If that’s the case, then why do so many business owners feel isolated as they make decisions about running their business? This is especially the case for the smallest small businesses. Certainly, a business with 300 or 400 employees runs differently than one with 2 or even 40 employees. If you are the business owner of a very small business, then you are likely the main decision maker in the company. No Corporate Boards, C-Suite, VPs of Long Range Planning or VPs of Financial Analysis or anything like that (as I brought up in a recent blog post).
In my roles as Team Lead and Market Research Specialist for the National Center for Economic Gardening, I get the honor of interacting with small business owners across the country on a regular basis. I hear about their top concerns for their businesses and have seen how similar the concerns are across all industries. Top issues typically revolve around finding new employees and finding new customers. Not a big surprise!
What are your top concerns as a small business owner? Do these issues match your own?
Who supports the everyday entrepreneurs?
While small business owners might alone in the decision-making process, it doesn’t mean that there are no supporters of small business out there to help. The business owners I work with are quick to acknowledge the valued relationships they have with organizations devoted to helping small business. This includes government organizations like the Small Business Development Centers located across the country, local Chambers of Commerce, Economic Development Organizations, and trusted sources like their bank and their accounting firm.
The one thing that separates all of these trusted sources from you, the small business owner, is that you are still the sole decision maker. These resources can provide you with information, loans, financial analysis and networking help, but the strategic decisions about where you want your company to be headed are all on you.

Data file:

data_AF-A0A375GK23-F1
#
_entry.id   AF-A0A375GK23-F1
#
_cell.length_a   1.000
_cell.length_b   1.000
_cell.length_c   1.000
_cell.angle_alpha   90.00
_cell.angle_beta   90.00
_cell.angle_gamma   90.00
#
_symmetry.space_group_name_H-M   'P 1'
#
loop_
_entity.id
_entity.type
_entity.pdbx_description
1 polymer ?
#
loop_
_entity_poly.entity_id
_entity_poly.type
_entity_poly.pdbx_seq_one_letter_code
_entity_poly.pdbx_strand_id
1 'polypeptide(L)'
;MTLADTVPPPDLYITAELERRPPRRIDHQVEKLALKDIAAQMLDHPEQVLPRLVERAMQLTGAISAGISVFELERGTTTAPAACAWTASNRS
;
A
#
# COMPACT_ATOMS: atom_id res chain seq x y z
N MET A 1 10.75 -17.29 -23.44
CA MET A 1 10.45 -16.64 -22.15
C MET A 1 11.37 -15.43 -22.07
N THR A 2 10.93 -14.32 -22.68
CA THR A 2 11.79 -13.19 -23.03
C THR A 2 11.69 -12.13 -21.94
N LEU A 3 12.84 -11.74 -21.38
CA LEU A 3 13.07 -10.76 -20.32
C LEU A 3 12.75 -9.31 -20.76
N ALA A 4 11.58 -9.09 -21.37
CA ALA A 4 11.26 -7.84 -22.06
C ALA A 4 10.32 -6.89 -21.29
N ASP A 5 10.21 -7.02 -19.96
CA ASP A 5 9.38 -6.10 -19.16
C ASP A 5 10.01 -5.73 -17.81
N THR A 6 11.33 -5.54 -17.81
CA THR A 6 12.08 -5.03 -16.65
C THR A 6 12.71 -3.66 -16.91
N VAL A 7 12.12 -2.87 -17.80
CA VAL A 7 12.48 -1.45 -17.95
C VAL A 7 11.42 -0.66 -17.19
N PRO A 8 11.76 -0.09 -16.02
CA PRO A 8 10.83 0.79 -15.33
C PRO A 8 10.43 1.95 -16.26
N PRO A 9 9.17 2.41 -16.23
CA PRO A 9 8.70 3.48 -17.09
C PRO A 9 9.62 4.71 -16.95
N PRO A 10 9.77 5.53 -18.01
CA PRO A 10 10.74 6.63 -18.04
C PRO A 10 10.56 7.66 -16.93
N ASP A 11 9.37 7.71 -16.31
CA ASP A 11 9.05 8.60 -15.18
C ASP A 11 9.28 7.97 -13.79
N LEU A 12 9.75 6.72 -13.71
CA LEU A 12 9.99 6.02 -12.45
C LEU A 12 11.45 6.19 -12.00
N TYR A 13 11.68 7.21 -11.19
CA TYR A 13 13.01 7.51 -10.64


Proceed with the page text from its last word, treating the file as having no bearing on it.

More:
And that is a very important difference. I have worked as an employee of several very large companies that have a Board, a C-Suite and a team of strategy experts determining the direction for the company. Then as an employee, I am told what the corporate strategy is for the year and how that filters down to my personal goals and tasks. And even those running the corporation have a team of experts focused on setting the strategy and laying out the path.
Three Cheers for the Everyday Entrepreneur
It is that difference that stands out to me. The path of the company, the goals, the future of the company are all up to you, the small business owner. What a remarkable thing to be in charge! What a terrifying thing to be in charge!
Now I may have some of those responsibilities in my own solopreneur business – but that is nothing at all like the ‘everyday entrepreneurs’ I work with. I don’t have employees who are counting on my business decisions for their income and to support their families. With no employees, I haven’t had to make decisions about raises or hiring or layoffs. And I won’t be passing my business down to my children.
I am your number one fan, small business owner. As a consultant that works with small businesses, and as a spouse of a small business owner, I understand and appreciate all you do to start and grow your small business. I have made it my mission to work alongside you, to offer tools and information and platforms to bring small businesses together so we can all help each other.
It’s time for everyday entrepreneurs to get the recognition they deserve.
Be sure to thank your fellow small business owners for all they do for this country and their community! I appreciate the weight that rests on your shoulders.
Hey small business owners – how do you find time for strategic planning for the future of your business? Consider a Business Owner Roundtable Group
We need to come together to help each other as we work to stay profitable and relevant in a world that is way too focused on big business and VC startups. The best way to do that is to meet with other small business owners and hold each other accountable to decision making and strategic planning. Join a virtual business owner roundtable group and see what a difference it makes!